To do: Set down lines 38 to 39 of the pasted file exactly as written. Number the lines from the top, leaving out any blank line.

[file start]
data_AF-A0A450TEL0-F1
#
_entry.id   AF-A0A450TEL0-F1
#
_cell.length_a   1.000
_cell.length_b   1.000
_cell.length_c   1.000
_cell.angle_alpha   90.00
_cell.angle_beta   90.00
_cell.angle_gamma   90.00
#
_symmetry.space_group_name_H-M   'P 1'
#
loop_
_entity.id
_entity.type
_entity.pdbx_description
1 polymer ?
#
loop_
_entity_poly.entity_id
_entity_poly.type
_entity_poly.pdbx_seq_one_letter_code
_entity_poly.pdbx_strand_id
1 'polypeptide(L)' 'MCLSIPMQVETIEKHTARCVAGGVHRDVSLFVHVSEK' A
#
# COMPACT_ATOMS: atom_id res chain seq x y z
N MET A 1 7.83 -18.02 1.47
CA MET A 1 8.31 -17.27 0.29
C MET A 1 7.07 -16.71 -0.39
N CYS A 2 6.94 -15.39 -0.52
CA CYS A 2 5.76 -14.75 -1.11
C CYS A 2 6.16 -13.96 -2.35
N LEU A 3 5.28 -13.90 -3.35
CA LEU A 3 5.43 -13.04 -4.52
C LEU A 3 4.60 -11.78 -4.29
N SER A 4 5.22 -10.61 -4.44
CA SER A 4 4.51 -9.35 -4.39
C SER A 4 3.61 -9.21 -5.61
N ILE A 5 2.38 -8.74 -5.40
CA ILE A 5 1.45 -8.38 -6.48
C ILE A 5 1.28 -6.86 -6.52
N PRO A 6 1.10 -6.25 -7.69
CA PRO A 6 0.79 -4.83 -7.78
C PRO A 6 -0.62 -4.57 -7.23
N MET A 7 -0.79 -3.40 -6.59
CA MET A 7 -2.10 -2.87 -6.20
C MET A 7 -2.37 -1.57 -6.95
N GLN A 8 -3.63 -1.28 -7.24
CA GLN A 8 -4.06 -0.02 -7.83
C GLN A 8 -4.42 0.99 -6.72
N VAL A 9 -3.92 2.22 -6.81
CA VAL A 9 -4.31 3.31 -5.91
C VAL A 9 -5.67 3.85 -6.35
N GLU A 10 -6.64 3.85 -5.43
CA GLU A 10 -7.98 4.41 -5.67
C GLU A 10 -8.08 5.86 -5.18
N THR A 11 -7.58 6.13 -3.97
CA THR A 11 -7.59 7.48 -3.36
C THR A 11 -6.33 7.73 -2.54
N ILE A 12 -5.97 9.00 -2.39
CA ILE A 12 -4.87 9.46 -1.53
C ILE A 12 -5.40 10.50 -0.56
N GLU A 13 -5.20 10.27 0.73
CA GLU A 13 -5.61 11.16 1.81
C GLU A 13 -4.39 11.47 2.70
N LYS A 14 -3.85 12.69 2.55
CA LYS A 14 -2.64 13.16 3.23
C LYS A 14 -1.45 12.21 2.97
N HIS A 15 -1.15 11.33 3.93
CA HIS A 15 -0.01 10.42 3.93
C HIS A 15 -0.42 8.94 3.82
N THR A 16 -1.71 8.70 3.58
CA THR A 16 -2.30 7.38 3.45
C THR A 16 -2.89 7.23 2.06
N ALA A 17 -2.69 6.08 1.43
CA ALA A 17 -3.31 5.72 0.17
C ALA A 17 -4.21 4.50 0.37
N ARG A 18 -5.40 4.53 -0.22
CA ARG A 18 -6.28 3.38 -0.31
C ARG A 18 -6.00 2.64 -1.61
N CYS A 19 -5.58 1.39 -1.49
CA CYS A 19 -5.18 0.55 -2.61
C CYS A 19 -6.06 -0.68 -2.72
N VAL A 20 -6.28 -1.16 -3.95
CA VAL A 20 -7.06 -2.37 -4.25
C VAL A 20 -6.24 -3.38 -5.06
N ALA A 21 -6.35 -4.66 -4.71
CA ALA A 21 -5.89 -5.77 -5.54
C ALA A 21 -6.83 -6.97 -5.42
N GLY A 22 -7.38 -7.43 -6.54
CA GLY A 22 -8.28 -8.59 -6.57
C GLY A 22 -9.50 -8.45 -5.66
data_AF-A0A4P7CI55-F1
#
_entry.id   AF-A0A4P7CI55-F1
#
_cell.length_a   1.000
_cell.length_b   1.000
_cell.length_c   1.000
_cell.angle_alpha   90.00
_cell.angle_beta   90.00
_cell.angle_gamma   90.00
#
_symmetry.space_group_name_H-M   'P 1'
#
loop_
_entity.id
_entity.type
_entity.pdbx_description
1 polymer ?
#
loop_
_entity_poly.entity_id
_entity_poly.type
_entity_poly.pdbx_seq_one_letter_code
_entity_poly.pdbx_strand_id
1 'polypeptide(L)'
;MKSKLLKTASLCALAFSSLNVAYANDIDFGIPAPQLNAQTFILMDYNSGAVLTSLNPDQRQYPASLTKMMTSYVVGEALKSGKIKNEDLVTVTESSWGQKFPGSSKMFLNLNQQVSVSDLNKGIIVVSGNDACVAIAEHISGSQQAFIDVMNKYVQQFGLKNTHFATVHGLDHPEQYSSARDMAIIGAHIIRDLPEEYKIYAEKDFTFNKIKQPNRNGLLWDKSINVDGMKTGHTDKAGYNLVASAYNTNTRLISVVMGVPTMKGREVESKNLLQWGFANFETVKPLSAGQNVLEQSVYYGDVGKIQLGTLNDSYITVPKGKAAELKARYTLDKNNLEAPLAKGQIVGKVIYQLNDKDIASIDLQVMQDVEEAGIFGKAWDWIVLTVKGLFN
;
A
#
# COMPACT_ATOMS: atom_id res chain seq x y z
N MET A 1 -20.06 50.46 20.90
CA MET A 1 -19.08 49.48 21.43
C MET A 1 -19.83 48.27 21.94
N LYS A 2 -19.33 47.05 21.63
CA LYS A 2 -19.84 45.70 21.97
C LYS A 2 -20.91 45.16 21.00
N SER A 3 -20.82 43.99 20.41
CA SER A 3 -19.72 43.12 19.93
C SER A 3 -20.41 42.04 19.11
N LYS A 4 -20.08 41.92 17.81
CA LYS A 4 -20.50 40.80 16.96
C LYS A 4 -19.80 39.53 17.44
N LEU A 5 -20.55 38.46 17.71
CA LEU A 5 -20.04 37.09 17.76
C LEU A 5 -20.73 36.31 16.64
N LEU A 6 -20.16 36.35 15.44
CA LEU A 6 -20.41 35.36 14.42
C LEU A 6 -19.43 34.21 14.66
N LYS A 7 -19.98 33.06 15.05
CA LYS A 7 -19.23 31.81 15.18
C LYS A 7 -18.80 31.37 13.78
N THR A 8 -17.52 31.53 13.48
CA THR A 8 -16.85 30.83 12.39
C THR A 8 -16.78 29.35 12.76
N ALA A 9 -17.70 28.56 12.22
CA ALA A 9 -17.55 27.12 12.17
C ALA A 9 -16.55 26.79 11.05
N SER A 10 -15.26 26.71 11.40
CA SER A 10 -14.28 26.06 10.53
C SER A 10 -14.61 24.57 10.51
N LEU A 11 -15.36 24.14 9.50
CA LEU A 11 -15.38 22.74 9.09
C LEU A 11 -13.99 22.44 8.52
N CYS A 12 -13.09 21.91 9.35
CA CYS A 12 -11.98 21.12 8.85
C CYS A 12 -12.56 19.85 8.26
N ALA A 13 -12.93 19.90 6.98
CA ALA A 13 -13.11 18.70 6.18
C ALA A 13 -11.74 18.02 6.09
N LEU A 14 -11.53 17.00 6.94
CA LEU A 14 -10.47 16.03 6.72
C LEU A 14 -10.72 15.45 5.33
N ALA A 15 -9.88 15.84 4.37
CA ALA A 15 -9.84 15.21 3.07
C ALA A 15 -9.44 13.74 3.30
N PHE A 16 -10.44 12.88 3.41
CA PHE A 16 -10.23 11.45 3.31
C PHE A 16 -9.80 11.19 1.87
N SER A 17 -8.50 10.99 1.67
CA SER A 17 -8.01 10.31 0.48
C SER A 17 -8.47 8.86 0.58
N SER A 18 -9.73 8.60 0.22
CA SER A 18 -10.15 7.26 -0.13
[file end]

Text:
CA SER A 4 4.51 -9.35 -4.39
C SER A 4 3.61 -9.21 -5.61